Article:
11 very/too used before an adjective or adverb to mean ‘very’ or ‘too’ She didn’t seem over pleased when I asked her to wait. Perhaps we were all over enthusiastic about the project.12 REMAIN/BE LEFTremaining an amount of something that is over is what remains after some of it has been used There should be some money over when I’ve paid all the bills. There was a little food left over from the party.13 COVERcovered used to show that something is completely covered with a substance or material Most of the windows have been boarded over. Parts of the river were iced over.over with The door had been painted over with a bright red varnish.14 above above someone or something We stood on the roof watching the planes fly over.15 CAREFULtalking/thinking/reading in a detailed and careful way After talking it over with my wife, I’ve decided to retire. I’ll need time to read the contract over before I sign. Think it over carefully before you make a decision.
16 again American English if you start or do something over, you do it again I got mixed up and had to start over.17 over and over (again)18 twice over/three times over etc19 all over again20 over to somebody21 TCradio message spoken used when communicating by radio to show that you have finished speaking Are you hearing me loud and clear? Over.22 over against something23 it’s not over until the fat lady sings
Examples from the Corpus
overAlmost 40 percent of women are size 14 or over.I got so dizzy that I almost fell over.Place the cheese filling in the middle of the pastry and fold it over.The puzzle is for kids aged ten and over.Turn the box over and open it at that end.Josh rolled over and went back to sleep.I'm over here!The men agreed to hand over the stolen money to the authorities.The wind blew over the table.Dan bent over to pick up the keys.over thereThere is great shouting and cheering over there.You know she was downstairs drank it over there.Well, I guess you could do it over there actually.You went to pick up the check, you were over there, not by yourself.And none for you, either, or for Jeanne over there, or Wyatt, or anybody.Even that fat court officer over there, that tub Kamiiisky.over (and done) withNow I've got to save up and get it over and done with.Remove the failed bud, clean off any browning on the stem and paint over with a protective fungicidal paint such as Arbrex.Did you talk it over with di Marco?She should talk the situation over with Helen, she thought; but then said nothing.Talk it over with her and let her tell you the truth.Lee, who'd begun to climb it, trying to pull Caspar over with him, lost his balance and fell.The engine of the big mechanical monster was ticking over with the deep throb of impatient, reined-in horsepower.and overHamilton has estimated that these two projects and the offshore development will create some 3,000 construction jobs and over 200 permanent jobs.The finals consisted of 8 men's and ladies' veterans events from 40 to 65 years and over.We hear one story being told over and over again, in many different ways, and with many different outcomes.All saying the same thing over and over, and pushing and cajoling?Go through gate on to sunken road and over stile on opposite bank.You hear it over and over, talking with folks hereabouts.Influenced by the lower pound, earnings jumped by 22 percent during the period and over the nine months.over withThe door had been painted over with a bright red varnish.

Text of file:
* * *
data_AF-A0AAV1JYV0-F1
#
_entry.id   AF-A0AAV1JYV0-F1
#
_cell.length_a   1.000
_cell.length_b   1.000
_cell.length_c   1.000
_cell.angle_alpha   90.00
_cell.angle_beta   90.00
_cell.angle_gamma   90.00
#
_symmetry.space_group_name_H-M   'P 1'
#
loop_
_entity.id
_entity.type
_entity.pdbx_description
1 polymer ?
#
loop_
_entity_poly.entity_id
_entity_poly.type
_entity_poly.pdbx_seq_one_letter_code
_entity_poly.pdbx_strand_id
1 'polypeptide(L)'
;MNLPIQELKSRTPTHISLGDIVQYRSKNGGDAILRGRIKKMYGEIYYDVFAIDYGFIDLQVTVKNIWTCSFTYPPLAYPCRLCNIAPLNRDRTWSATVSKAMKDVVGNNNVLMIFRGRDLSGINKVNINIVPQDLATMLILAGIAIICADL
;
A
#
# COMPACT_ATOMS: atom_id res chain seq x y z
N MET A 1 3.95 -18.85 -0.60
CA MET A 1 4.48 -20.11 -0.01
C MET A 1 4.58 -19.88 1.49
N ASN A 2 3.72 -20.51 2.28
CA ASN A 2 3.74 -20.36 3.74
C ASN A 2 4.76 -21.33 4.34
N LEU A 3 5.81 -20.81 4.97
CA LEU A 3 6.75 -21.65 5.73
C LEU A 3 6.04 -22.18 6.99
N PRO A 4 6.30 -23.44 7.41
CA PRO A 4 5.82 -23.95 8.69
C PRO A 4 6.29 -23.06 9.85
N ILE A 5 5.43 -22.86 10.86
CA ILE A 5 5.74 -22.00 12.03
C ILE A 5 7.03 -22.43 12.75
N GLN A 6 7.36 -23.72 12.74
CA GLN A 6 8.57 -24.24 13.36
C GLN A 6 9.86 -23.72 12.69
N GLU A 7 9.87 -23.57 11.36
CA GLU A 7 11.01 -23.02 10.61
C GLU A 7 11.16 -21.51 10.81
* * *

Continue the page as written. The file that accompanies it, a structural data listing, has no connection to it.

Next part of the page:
Related topics: Cricket
overover3 noun [countable]  DSCthe period of time in the game of cricket during which six or eight balls are thrown by the same bowler in one direction
Examples from the Corpus
overFifty runs were assembled in the first 15 overs, but even maintaining that rate required a certain air of desperation.A convincing one-day success was wrapped up with 15 overs to spare as Cheshire outplayed the Duchy in every respect.
over-over- /əʊvə $ oʊvər/ prefix  1 TOO/TOO MUCHtoo much overpopulation overcooked vegetables overweight2 ABOVECROSSabove; beyond; across overhanging branches overhead telephone wires the overland route (=not by sea or air)3 COVERouter an overcoat4 ADDadditional We were working overtime (=working beyond the usual time).
Examples from the Corpus
over-an overcrowded room